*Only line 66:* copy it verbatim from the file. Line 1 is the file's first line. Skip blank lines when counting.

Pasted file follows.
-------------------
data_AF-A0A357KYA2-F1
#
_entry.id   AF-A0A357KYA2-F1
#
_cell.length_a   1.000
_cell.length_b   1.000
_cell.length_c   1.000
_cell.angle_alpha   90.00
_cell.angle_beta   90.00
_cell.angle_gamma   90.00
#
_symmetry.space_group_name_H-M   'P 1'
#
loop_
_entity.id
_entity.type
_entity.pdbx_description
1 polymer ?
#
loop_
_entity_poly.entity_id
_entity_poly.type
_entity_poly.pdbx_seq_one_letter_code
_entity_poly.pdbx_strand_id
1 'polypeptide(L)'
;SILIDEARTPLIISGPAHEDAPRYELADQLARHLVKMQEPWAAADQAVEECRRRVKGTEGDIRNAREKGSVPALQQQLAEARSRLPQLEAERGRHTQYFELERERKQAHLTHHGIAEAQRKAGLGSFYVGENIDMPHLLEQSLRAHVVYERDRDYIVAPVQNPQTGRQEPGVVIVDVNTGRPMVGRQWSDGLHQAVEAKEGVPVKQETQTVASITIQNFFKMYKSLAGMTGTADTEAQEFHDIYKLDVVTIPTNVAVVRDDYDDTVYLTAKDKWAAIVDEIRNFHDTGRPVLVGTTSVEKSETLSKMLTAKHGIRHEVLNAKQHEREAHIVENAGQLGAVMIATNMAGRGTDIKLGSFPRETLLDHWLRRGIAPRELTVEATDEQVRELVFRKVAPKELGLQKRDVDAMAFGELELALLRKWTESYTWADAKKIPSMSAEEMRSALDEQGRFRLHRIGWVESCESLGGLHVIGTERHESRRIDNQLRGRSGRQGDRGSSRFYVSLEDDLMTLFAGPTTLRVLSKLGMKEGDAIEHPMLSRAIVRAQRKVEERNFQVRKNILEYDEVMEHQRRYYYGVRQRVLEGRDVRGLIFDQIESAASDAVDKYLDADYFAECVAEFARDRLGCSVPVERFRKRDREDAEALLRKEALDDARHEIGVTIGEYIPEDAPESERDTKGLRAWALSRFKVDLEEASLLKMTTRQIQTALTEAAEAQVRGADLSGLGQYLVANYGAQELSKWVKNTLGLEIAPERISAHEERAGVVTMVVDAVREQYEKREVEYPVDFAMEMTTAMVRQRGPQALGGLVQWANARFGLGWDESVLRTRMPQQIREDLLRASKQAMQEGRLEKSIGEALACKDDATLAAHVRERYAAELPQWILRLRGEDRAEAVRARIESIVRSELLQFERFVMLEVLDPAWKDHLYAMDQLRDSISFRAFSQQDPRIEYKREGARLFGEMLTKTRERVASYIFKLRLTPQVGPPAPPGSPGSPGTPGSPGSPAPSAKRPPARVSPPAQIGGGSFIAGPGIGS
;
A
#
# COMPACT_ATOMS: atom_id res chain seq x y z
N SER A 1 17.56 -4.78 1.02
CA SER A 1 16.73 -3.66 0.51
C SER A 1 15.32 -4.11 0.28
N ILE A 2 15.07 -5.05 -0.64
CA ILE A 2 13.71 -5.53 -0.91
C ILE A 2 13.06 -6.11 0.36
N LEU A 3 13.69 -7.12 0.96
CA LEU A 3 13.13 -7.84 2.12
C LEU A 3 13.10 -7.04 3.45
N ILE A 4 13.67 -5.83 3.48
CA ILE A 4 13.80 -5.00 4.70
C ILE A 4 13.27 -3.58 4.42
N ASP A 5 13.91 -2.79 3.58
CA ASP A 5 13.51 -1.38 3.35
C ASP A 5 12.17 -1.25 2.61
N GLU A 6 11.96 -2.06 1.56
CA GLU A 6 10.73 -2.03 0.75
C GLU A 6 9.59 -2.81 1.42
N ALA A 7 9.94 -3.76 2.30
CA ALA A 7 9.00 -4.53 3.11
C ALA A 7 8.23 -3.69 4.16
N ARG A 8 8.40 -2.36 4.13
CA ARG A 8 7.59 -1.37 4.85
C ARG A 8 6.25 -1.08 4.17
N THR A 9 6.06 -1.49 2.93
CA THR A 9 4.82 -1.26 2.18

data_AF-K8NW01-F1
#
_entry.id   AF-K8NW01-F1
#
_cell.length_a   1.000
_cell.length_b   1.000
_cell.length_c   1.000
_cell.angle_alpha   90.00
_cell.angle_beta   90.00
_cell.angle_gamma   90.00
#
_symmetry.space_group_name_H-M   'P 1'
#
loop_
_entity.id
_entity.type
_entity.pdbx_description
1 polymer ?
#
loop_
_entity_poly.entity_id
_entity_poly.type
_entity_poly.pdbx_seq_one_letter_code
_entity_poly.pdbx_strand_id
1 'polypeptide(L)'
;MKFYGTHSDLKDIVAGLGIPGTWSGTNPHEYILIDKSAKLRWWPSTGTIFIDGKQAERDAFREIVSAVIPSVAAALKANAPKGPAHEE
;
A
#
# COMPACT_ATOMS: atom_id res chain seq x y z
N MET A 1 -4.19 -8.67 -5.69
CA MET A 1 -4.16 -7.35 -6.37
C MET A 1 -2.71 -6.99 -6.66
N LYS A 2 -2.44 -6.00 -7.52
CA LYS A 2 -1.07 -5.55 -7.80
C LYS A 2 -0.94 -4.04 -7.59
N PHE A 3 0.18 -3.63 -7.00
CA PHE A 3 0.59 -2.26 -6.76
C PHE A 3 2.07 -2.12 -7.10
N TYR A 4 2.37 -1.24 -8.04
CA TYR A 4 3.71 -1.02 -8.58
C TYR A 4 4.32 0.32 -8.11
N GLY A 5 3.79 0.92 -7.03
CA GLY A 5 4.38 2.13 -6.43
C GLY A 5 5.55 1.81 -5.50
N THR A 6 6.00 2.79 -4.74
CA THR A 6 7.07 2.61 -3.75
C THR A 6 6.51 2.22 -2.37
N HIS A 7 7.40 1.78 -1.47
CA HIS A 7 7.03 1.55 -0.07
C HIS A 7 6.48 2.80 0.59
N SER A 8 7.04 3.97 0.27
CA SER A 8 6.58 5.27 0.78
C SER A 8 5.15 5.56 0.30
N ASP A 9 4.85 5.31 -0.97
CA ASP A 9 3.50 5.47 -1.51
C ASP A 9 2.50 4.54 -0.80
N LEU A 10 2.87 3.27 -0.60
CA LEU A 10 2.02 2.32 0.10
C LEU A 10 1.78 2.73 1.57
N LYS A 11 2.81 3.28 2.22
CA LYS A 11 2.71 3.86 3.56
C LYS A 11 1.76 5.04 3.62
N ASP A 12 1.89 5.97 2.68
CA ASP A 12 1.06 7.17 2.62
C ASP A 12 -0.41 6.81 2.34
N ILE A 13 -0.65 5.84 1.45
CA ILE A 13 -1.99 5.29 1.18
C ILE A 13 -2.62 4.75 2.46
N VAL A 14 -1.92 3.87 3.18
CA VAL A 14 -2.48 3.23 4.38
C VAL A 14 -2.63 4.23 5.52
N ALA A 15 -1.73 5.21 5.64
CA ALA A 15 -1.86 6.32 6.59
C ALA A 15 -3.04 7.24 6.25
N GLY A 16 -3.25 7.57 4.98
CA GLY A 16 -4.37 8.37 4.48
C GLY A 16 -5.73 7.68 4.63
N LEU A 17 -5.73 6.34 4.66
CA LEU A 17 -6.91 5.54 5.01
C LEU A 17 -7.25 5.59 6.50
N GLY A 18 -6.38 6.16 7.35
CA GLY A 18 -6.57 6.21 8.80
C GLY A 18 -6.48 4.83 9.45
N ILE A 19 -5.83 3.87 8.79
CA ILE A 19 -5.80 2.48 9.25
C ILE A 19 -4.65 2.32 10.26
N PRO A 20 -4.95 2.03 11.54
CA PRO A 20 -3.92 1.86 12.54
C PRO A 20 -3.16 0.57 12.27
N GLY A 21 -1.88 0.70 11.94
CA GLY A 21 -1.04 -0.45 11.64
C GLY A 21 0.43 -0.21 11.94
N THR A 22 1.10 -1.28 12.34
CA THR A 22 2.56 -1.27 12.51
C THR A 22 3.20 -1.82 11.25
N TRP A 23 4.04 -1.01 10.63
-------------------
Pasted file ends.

_cell.angle_gamma   90.00